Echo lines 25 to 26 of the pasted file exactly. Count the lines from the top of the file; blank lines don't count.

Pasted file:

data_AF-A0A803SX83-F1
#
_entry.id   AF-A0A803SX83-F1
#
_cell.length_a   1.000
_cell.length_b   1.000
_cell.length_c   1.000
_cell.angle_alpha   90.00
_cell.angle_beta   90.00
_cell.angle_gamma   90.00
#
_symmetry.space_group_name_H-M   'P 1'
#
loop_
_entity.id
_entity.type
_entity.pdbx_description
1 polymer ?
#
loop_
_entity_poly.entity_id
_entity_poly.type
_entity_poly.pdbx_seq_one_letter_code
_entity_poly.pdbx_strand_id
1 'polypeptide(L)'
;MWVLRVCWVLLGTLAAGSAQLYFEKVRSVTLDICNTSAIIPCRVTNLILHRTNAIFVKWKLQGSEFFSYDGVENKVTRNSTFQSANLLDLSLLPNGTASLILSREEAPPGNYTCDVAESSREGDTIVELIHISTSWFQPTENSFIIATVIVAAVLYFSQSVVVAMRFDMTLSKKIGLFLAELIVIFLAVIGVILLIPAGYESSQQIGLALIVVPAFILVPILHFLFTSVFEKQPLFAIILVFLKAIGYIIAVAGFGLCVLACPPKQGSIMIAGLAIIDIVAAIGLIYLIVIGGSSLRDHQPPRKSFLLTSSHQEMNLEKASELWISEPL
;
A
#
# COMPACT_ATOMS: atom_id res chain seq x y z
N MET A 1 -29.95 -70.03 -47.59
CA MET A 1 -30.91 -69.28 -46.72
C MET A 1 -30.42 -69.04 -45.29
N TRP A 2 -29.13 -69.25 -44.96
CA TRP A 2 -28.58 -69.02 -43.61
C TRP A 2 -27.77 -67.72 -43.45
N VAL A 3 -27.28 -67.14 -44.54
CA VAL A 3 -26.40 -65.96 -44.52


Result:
1 'polypeptide(L)'
;MWVLRVCWVLLGTLAAGSAQLYFEKVRSVTLDICNTSAIIPCRVTNLILHRTNAIFVKWKLQGSEFFSYDGVENKVTRNSTFQSANLLDLSLLPNGTASLILSREEAPPGNYTCDVAESSREGDTIVELIHISTSWFQPTENSFIIATVIVAAVLYFSQSVVVAMRFDMTLSKKIGLFLAELIVIFLAVIGVILLIPAGYESSQQIGLALIVVPAFILVPILHFLFTSVFEKQPLFAIILVFLKAIGYIIAVAGFGLCVLACPPKQGSIMIAGLAIIDIVAAIGLIYLIVIGGSSLRDHQPPRKSFLLTSSHQEMNLEKASELWISEPL